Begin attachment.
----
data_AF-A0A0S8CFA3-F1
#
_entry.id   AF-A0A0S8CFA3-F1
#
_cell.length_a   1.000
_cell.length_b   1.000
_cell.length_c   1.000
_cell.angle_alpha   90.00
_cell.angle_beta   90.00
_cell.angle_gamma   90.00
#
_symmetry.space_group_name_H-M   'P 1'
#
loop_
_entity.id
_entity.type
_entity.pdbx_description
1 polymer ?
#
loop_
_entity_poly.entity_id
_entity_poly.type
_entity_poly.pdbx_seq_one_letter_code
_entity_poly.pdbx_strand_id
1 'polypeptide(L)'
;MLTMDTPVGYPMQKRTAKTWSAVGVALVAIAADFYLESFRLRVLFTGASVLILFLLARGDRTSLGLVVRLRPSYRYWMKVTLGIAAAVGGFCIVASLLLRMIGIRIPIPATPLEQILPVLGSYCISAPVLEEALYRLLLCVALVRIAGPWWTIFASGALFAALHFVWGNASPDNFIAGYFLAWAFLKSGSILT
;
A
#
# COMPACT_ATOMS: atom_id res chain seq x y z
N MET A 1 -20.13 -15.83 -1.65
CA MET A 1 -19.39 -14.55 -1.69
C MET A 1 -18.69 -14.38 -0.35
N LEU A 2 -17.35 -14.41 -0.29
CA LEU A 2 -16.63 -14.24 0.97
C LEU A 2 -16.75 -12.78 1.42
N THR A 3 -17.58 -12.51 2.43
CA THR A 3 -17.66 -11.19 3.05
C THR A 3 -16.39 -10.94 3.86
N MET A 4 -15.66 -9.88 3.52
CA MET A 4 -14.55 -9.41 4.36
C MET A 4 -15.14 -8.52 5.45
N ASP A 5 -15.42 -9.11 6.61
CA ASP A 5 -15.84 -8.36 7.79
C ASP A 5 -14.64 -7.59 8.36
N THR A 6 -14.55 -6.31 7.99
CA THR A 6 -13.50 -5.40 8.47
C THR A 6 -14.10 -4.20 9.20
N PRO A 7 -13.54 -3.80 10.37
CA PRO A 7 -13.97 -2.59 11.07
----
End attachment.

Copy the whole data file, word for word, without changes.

data_AF-A0A0S8CFA3-F1
#
_entry.id   AF-A0A0S8CFA3-F1
#
_cell.length_a   1.000
_cell.length_b   1.000
_cell.length_c   1.000
_cell.angle_alpha   90.00
_cell.angle_beta   90.00
_cell.angle_gamma   90.00
#
_symmetry.space_group_name_H-M   'P 1'
#
loop_
_entity.id
_entity.type
_entity.pdbx_description
1 polymer ?
#
loop_
_entity_poly.entity_id
_entity_poly.type
_entity_poly.pdbx_seq_one_letter_code
_entity_poly.pdbx_strand_id
1 'polypeptide(L)'
;MLTMDTPVGYPMQKRTAKTWSAVGVALVAIAADFYLESFRLRVLFTGASVLILFLLARGDRTSLGLVVRLRPSYRYWMKVTLGIAAAVGGFCIVASLLLRMIGIRIPIPATPLEQILPVLGSYCISAPVLEEALYRLLLCVALVRIAGPWWTIFASGALFAALHFVWGNASPDNFIAGYFLAWAFLKSGSILT
;
A
#
# COMPACT_ATOMS: atom_id res chain seq x y z
N MET A 1 -20.13 -15.83 -1.65
CA MET A 1 -19.39 -14.55 -1.69
C MET A 1 -18.69 -14.38 -0.35
N LEU A 2 -17.35 -14.41 -0.29
CA LEU A 2 -16.63 -14.24 0.97
C LEU A 2 -16.75 -12.78 1.42
N THR A 3 -17.58 -12.51 2.43
CA THR A 3 -17.66 -11.19 3.05
C THR A 3 -16.39 -10.94 3.86
N MET A 4 -15.66 -9.88 3.52
CA MET A 4 -14.55 -9.41 4.36
C MET A 4 -15.14 -8.52 5.45
N ASP A 5 -15.42 -9.11 6.61
CA ASP A 5 -15.84 -8.36 7.79
C ASP A 5 -14.64 -7.59 8.36
N THR A 6 -14.55 -6.31 7.99
CA THR A 6 -13.50 -5.40 8.47
C THR A 6 -14.10 -4.20 9.20
N PRO A 7 -13.54 -3.80 10.37
CA PRO A 7 -13.97 -2.59 11.07